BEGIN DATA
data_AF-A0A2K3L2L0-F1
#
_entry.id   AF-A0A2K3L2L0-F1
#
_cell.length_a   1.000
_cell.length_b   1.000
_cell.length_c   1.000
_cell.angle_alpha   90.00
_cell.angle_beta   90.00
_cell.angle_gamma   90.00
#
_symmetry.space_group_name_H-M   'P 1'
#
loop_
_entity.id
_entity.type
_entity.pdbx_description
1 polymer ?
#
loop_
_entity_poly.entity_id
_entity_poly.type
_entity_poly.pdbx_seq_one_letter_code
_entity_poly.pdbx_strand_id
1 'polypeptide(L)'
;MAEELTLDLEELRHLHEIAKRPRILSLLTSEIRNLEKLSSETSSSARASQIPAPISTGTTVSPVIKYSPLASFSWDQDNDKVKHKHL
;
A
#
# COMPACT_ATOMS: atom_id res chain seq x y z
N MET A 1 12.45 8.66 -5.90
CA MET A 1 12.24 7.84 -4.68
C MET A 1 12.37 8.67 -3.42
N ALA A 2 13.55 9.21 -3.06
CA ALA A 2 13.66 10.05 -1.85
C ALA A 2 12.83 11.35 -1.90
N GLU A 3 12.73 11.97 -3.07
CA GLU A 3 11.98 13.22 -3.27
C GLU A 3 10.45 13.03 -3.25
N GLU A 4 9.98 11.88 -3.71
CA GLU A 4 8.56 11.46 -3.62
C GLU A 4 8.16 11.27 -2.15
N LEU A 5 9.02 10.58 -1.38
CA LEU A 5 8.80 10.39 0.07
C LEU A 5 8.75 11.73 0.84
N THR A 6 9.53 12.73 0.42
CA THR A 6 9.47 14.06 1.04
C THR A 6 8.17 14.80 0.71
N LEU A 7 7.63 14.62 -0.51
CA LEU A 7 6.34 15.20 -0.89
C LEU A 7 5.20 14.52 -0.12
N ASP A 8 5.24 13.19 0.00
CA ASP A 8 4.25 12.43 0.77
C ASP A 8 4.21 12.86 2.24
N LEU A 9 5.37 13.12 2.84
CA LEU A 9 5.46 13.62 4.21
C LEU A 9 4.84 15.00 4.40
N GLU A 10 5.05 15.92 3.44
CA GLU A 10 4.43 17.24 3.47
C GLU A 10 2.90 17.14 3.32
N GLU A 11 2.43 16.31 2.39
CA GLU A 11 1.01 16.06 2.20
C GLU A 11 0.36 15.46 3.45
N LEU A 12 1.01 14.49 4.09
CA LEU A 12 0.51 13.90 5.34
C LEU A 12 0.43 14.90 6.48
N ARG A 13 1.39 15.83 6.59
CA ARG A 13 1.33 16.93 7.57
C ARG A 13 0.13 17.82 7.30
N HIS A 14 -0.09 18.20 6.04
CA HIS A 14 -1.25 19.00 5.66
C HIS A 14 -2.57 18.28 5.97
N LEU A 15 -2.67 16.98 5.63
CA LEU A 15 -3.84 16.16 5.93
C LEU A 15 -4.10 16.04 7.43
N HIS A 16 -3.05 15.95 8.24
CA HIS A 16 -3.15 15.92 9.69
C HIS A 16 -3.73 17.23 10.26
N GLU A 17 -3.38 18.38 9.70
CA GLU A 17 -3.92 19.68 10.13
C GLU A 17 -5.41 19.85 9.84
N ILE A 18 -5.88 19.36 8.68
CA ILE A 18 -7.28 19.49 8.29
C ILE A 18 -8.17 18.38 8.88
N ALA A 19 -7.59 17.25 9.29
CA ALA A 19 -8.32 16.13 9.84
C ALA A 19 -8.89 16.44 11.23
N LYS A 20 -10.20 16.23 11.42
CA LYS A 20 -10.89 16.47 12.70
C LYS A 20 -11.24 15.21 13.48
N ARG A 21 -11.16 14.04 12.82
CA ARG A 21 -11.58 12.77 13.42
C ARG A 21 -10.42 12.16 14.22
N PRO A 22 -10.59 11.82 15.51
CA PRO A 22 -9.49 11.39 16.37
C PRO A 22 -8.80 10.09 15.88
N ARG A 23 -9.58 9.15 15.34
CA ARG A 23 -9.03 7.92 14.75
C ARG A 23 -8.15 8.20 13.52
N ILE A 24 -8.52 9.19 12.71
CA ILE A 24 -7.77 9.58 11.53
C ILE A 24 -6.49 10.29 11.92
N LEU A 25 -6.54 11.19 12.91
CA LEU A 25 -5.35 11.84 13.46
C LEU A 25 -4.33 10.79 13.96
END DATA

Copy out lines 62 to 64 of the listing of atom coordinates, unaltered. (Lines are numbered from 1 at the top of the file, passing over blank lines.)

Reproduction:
CA GLU A 11 1.01 16.06 2.20
C GLU A 11 0.36 15.46 3.45
N LEU A 12 1.01 14.49 4.09